Ever since she was a child, Rachel always thought that she would be a vet. The reasons for her career choice were that she loved animals (passion), knew a lot about them (skill set) and wanted to heal them (value). Her surroundings (parents, teachers, peers, and eventually professors) all applauded her choice, and Rachel went full speed ahead to achieve her career goal of becoming a vet.

Although Rachel thoroughly enjoyed her training, when she finally established herself as a vet, she discovered some uncomfortable facts about her chosen career path. She found that her job required that she interact with as many people as animals, many of them in a state of distress about the health of their pet. Although Rachel enjoyed the company of animals, she found the need to console, support or deal with anger from pet owners to be a tremendous drain on her energy.

She also discovered that the brief interaction with animals that her tasks as a vet afforded her made the connection too brief to be meaningful for her. Lastly, she realized that she enjoyed spending time with healthy animals far more than with sick or injured ones — and the only animals she saw were, of course, sick or injured.

What happened? A career that seemed a perfect match for Rachel had turned into a job she dreaded.

Personality, talents and fulfilling tasks

Let’s take a step back in time, and see what might have happened if Rachel had considered personality, talent and fulfilling tasks in her career choice.

In an honest analysis of her character, Rachel may have discovered that she is more of an introvert, that she is intellectually curious, and that she is an independent thinker. In considering her natural talents, she may have noted that she is a great observer with keen attention to detail, and that she has the ability to focus on one topic for long periods of time without becoming bored or distracted. In thinking of what tasks she found most fulfilling, Rachel may have realized that she enjoyed tasks that brought her into physical contact with the natural world (plants, animals, earth, sea), and that she enjoyed reading scientific materials and writing down her ideas and thoughts coherently.

What career goals would make sense for Rachel? Based on this analysis, she would probably conclude that her career goals are to find an occupation that would not demand a great deal of human interaction, would allow her to continue to study and grow intellectually, and would offer opportunities to exercise independent thought. She would probably choose to seek a career path that would value her ability to focus on details, and would bring her into regular contact with the natural world, with research and writing as a central element of her activities.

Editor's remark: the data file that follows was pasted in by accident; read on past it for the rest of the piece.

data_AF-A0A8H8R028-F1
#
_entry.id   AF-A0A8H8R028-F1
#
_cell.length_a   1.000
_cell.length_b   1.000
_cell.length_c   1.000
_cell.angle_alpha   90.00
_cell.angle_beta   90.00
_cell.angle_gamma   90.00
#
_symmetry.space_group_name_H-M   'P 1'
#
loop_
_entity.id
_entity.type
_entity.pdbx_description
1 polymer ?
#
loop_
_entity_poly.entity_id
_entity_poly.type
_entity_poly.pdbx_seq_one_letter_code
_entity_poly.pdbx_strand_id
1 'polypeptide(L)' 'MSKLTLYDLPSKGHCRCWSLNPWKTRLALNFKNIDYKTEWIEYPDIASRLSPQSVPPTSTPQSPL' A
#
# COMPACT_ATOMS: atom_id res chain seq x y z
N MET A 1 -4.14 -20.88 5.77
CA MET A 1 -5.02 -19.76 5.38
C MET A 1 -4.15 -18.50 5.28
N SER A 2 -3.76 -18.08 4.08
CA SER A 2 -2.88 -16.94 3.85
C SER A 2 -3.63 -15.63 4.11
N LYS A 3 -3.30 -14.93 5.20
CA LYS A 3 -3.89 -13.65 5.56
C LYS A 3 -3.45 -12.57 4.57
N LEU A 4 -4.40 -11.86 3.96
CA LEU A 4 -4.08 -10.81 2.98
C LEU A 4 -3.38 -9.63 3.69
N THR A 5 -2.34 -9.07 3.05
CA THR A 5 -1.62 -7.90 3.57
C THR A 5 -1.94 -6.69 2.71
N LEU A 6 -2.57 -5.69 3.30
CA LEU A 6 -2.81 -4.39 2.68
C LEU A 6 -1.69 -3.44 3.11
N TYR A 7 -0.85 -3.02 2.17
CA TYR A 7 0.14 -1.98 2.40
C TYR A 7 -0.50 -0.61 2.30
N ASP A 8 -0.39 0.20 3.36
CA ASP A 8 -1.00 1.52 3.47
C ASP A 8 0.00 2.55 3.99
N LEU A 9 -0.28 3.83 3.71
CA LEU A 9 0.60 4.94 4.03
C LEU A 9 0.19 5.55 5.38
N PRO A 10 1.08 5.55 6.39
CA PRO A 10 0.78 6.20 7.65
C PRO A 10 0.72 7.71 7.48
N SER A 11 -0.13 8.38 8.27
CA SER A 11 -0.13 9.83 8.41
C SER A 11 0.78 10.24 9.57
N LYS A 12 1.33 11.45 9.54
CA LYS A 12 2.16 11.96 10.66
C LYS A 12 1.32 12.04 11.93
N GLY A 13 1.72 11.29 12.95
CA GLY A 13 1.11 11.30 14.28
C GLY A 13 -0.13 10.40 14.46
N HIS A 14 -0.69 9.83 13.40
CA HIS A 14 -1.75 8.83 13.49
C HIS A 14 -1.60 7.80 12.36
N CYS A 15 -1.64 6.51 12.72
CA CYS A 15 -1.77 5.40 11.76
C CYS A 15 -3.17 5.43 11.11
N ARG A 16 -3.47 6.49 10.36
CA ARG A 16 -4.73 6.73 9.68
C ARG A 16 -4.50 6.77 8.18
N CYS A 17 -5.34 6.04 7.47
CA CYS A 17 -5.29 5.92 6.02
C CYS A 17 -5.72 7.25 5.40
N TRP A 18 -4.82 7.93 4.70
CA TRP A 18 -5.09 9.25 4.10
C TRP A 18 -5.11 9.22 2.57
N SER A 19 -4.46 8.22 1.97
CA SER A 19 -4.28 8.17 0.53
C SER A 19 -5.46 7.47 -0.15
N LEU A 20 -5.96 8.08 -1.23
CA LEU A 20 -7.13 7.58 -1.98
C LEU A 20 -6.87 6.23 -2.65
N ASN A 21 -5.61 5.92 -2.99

Opening up a variety of career vistas

What career direction would have been the right one for Rachel? The truth is that this type of self-analysis could open up a variety of fields and directions, from marine biology to animal research to archeology to organic farming.

When you define your career goals based on these criteria, it becomes much easier psychologically to make career changes as well. If Rachel spent twenty fulfilling years as a marine biologist and then decided to found an organic farm, it would not negate her professional past; it would simply be another vista to fulfill her potential.

The three areas that remain constant, and can guarantee that we will find our jobs meaningful and fulfilling, are our personalities, our natural talents, and the types of tasks we enjoy. Focusing on these elements when setting career goals can make our path much smoother, while keeping many vistas open for career development and change over time.